Republican candidate Mitt Romney and his wife have each given $75,000 to the Romney Victory Fund, the joint fundraising group that collects money for his presidential campaign and the Republican National Committee, campaign sources said Friday.

View Photo Gallery: With the Republican presidential nomination essentially assured, former Massachusetts governor Mitt Romney steps up his criticism of President Obama.

The amounts, first reported by CNN, are the maximum that outside individuals are allowed to contribute to Romney’s campaign, the RNC and four state-level committees that he has set up. The sources asked to be anonymous because the donation has not yet been publicly reported.

But Romney himself could actually give much more as a personal gift or as a loan to the campaign, though he has not indicated he will do so.

In 2008, Romney dipped into his personal money to contribute $45 million toward his unsuccessful effort to gain the Republican presidential nomination. Romney, who made most of his $250 million fortune as co-founder of the Bain Capital private equity firm, also used his own funds in his successful 2002 campaign to be Massachusetts governor and a failed 1994 bid to unseat the late senator Ted Kennedy.

The smaller Romney donations to the 2012 effort may be aimed in part as a goodwill gesture toward major donors, to show that he is also willing to chip in for the campaign. Romney has been maintaining a heavy schedule of high-dollar fundraisers as he criss-crosses the country in recent weeks, and raised nearly as much money as President Obama in April after sewing up the GOP nomination.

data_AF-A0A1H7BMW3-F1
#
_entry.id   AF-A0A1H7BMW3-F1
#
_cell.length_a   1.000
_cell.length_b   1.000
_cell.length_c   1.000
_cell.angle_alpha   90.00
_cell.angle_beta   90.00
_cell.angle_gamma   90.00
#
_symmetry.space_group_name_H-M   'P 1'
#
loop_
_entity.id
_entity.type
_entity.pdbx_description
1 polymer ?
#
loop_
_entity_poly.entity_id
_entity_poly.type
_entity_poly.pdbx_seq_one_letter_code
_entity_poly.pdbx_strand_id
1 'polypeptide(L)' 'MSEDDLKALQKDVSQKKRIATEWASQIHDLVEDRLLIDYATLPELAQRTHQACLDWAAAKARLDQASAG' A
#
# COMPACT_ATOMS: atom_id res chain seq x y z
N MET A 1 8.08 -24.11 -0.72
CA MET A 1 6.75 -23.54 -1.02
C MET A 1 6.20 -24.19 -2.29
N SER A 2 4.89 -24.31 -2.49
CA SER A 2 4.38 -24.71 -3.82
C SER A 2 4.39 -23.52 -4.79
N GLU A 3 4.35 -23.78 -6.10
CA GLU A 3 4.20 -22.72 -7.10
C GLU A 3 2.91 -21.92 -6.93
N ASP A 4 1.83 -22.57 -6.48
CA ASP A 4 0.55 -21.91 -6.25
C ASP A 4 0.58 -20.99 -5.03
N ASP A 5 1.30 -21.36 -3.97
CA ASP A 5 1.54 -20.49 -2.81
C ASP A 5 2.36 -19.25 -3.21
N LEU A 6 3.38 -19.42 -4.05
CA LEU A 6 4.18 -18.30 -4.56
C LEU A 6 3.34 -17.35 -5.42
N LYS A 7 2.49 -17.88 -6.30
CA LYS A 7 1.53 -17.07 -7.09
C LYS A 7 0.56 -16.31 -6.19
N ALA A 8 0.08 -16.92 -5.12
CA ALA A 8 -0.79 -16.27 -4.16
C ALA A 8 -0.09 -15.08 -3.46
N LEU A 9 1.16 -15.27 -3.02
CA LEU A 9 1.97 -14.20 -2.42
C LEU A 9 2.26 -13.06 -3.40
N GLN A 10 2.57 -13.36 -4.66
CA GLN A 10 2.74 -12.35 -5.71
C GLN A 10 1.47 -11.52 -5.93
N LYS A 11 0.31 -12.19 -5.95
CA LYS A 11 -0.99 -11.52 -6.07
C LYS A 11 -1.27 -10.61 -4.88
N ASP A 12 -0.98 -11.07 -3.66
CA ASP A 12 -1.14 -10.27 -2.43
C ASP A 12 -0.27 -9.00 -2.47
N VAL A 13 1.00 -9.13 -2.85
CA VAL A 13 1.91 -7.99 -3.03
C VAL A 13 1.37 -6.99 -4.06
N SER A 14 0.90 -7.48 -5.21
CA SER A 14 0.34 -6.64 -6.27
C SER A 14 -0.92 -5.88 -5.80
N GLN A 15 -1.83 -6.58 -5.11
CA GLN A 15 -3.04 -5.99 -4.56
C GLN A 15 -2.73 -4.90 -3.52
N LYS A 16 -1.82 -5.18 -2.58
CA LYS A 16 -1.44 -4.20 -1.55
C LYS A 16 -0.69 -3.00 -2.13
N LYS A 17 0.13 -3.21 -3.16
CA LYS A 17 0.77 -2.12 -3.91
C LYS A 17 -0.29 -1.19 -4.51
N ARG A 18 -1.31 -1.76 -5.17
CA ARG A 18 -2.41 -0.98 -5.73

The Romney campaign also sent out an 11-page document on Friday, first reported by Politico, laying out an elaborate list of perks available to Romney’s biggest fundraisers, who are arranged by categories including Stars ($250,000) and Stripes ($500,000 or more).

Stripes donors will get special access to Romney at the convention and during election night, as well as special briefings from the campaign, the document says. Unlike Obama, Romney has declined to identify any of his top bundlers other than registered lobbyists, who are required to disclose their fundraising to the Federal Election Commission.

The $75,000 amount from each of the Romneys was presumably divided between the campaign ($5,000), the RNC ($30,800) and four state political action committees ($10,000 each). Romney is due to file his April fundraising report with the FEC by Sunday showing more than $40 million raised by the campaign and the RNC.